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Furlough fraud exposed as businesses cash in

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The extent of furlough fraud perpetrated over the pandemic is only now coming to light, with the cost to the nation likely reaching the billions. 

17th Nov 2021
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The coronavirus job retention scheme finally came to a close at the end of September, after 18 months of handing out government support, but it’s only now that businesses that took advantage of the scheme while their employees carried on working are being named and shamed.  

BBC Radio Four’s current affairs documentary ‘File on 4’ has exposed some of the rogue employers that exploited the government’s furlough scheme during the pandemic. 

Organisations that cashed in on the scheme were revealed in the programme of using threatening techniques to suppress any whistleblowers to HMRC and telling workers that they are “100% still at work” and that the company would be “daft not to take” the money. 

The Radio 4 programme was released on the same day HMRC updated guidance on taxation of Covid-19 support payments, which will enable the tax authority to collect wrongly claimed CJRS payments from directors. 

‘Anything kind of goes’

The investigative programme focused first on Kash Khokhar, the owner of the digital marketing agency Kau Media Group, who wrongly claimed furlough money and used intimidation and threats of redundancy to keep employees quiet.  

Using secret recordings obtained by whistleblowers, the documentary revealed how Khokhar announced to his employees over a Zoom call at the start of the pandemic that they were being furloughed. 

However, as former employee ‘Lucy’ revealed, Khokhar then told the furloughed workers to continue working “because we still have campaigns live”. 

Another employee, a web designer, was told by Khokhar that he was going to be working with a 20% reduced salary, but didn’t mention furlough. Shortly after an email circulated which acknowledged that he had agreed to go on furlough. 

He immediately responded to the email saying that he actually agreed to a reduced salary. However, Khokhar justified keeping his employees working whilst on furlough due to “moving into a period of time that’s like wartime” where “anything kind of goes”.

The programme estimated that the digital marketing agency likely claimed around £100,000 in furlough payments. 

Khokhar, to the astonishment of his employees, also struck a deal to bulk buy PPE gowns and masks from China and sold these to the UK government for £40m.

Furlough ‘loophole’

File on 4 also uncovered similar furlough misuse allegations at Brewster Partners Recruitment Group. It’s chief executive Nigel Brewster was caught on a recording saying “It’s a Government grant, you’re absolutely daft if you don’t take it”, and that he hoped that it would bring in around £140,000.

Lisa Brewster, Nigel’s wife and the managing partner of the company, was also recorded telling furloughed staff that the morning company Zoom calls will still go ahead as a “loophole” in the furlough rules means “if you choose to work, we can’t stop you.... I’m presuming nearly everybody here will be doing that”. She went on to describe the support as "a thing to get some cash because every other business is doing it" and reiterated to the employees that "We’re still 100% at work... we’re doing that because we want to and for our mental health situation."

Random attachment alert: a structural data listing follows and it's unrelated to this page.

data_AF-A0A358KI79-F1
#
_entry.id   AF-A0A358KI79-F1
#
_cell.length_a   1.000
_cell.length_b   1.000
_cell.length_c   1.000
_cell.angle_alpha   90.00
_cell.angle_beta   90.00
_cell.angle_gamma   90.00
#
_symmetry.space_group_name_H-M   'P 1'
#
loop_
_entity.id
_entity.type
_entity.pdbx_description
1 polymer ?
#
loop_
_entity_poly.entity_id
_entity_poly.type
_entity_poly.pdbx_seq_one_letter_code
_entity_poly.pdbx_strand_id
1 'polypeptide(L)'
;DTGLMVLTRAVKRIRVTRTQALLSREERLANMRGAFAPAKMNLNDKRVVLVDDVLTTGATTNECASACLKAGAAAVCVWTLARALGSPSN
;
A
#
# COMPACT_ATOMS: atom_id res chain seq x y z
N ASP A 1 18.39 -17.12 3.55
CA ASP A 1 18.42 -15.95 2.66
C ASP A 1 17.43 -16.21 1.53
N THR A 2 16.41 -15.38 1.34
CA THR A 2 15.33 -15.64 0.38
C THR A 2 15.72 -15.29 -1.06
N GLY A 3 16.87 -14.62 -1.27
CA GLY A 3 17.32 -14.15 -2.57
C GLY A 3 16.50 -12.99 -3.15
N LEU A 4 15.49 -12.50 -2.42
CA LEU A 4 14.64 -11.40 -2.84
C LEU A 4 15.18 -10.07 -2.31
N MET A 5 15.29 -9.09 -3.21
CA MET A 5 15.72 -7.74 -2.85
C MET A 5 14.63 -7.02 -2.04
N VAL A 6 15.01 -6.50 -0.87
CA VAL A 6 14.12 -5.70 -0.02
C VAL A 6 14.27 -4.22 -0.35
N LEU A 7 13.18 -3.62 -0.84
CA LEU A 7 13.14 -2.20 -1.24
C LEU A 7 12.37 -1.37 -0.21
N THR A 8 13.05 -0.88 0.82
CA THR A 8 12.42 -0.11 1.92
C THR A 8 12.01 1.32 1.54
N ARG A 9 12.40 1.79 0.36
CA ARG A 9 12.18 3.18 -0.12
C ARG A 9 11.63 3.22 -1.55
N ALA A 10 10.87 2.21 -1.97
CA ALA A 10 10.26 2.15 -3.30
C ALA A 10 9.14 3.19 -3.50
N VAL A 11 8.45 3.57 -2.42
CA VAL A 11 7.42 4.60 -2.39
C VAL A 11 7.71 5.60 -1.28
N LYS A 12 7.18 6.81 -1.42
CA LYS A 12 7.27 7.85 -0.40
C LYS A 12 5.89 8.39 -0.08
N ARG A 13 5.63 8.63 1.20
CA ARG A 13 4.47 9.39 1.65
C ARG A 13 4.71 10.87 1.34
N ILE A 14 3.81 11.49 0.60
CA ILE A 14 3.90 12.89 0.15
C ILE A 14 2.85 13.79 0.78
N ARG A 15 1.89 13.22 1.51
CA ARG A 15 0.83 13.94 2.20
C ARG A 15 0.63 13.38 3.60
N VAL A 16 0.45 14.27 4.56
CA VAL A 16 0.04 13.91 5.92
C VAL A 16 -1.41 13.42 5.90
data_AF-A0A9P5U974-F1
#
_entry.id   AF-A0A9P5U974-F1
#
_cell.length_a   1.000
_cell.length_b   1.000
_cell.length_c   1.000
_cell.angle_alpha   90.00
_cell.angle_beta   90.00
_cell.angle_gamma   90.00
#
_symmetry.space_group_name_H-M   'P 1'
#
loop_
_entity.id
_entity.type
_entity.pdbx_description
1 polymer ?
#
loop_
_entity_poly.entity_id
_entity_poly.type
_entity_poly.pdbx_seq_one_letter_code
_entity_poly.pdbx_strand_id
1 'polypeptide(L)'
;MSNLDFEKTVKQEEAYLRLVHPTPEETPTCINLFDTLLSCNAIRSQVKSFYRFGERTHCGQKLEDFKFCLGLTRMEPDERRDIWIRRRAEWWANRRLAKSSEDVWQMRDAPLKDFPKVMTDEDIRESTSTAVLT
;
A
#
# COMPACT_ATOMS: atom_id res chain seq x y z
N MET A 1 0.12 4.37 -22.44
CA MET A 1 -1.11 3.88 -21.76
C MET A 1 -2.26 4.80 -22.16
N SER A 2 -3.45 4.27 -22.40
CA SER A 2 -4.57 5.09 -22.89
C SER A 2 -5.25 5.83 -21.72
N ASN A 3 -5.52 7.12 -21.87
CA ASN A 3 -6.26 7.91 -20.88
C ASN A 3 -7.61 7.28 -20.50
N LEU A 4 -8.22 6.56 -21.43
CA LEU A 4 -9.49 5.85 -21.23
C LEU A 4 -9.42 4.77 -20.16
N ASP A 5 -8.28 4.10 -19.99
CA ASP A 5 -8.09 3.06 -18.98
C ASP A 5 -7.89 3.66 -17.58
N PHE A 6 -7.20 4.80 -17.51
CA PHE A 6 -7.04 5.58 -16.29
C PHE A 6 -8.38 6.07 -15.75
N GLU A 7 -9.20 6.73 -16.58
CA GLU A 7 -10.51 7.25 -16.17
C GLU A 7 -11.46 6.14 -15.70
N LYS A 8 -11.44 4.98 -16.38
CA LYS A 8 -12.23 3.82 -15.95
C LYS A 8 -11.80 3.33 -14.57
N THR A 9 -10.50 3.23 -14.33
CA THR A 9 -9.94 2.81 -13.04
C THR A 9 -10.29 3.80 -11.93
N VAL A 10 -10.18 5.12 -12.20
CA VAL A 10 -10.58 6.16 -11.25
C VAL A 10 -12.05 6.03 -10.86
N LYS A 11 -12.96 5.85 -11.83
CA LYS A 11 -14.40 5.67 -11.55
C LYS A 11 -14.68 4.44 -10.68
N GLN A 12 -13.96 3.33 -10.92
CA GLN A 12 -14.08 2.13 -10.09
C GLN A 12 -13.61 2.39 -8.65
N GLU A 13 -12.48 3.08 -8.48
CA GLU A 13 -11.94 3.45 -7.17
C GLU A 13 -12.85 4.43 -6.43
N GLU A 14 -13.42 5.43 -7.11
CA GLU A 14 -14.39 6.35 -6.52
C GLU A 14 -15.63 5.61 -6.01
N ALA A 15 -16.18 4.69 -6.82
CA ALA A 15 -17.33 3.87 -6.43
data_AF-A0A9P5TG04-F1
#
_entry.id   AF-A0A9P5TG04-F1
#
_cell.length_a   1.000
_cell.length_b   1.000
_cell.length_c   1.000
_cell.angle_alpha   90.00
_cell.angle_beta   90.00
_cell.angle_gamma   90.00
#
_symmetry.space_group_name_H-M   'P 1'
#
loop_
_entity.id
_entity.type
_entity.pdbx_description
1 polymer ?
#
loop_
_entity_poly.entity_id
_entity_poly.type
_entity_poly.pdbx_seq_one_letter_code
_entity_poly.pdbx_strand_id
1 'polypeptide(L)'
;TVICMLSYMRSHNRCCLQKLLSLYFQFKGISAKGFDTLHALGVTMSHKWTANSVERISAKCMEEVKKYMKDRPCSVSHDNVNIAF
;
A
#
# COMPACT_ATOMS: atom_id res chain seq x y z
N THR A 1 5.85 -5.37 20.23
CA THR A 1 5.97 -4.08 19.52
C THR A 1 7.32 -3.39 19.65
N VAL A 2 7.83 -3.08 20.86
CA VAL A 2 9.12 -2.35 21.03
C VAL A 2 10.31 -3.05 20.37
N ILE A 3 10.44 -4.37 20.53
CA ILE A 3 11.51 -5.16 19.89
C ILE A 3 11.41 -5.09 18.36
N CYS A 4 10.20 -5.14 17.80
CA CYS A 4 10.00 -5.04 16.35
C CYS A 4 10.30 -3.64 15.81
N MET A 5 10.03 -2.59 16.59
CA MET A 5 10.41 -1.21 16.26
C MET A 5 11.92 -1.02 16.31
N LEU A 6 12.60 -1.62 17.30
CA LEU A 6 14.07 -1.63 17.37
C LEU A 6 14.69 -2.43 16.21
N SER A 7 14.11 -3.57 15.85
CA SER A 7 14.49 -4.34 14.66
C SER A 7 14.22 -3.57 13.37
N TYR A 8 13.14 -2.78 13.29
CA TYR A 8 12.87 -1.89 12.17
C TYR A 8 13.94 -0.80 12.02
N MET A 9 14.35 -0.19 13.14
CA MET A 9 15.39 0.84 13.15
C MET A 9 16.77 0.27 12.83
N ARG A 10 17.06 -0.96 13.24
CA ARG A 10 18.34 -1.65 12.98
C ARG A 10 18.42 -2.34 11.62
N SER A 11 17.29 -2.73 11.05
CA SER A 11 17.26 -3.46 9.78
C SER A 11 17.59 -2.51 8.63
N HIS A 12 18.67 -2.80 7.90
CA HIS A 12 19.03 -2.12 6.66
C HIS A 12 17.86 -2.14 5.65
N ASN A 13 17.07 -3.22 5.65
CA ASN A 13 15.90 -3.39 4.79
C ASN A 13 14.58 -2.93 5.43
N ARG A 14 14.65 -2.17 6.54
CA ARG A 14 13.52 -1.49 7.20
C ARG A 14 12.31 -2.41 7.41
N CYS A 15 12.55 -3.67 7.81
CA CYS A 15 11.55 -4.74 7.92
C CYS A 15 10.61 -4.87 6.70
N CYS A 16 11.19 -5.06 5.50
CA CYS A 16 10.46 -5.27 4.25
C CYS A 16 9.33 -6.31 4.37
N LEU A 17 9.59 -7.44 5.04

Fake national insurance numbers

The third story had already gained national attention in the Financial Times, after a mysterious group of companies all registered to the same virtual mailbox service in London raked in between £20m and £40m from the furlough scheme. 

Orchestrated by Rajanish Garibe, the scheme used phantom employees with fake national insurance numbers to claim furlough support for more than 2,000 employees. The report found that the Indian national Garibe did all this without even stepping foot in the UK. 

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Replies (24)

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By Jim100
17th Nov 2021 12:22

Is anyone surprised. If you offer people money, they will take it even if it is wrong as non one has any regard of authority. They are willing to take the risk. Far too many people to go after and some have escaped overseas. Each case will take hours to sort out. Could have easily been prevent with some basic checks.

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By Jim100
17th Nov 2021 12:22

Is anyone surprised. If you offer people money, they will take it even if it is wrong as non one has any regard of authority. They are willing to take the risk. Far too many people to go after and some have escaped overseas. Each case will take hours to sort out. Could have easily been prevent with some basic checks.

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By CJaneH
17th Nov 2021 15:12

A proportion of the population who consider themselves honest think that everyone lies to HMRC when submitting tax returns and to insurance companies when making claims. Money with no checks was always going to tempt those people.

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Replying to CJaneH:
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By justsotax
18th Nov 2021 16:41

I dare say some are taking a lead from this government....

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By ireallyshouldknowthisbut
17th Nov 2021 15:39

I am currently battling with an entitled client who has received well over £30k of covid payments but who's business income is up by any measure over the relevant period. They have already spent the cash and bellyaching about paying higher rate tax on it let alone repaying the 3rd to 5th grants as they are simply not eligible. First 2 are dubious too quite frankly.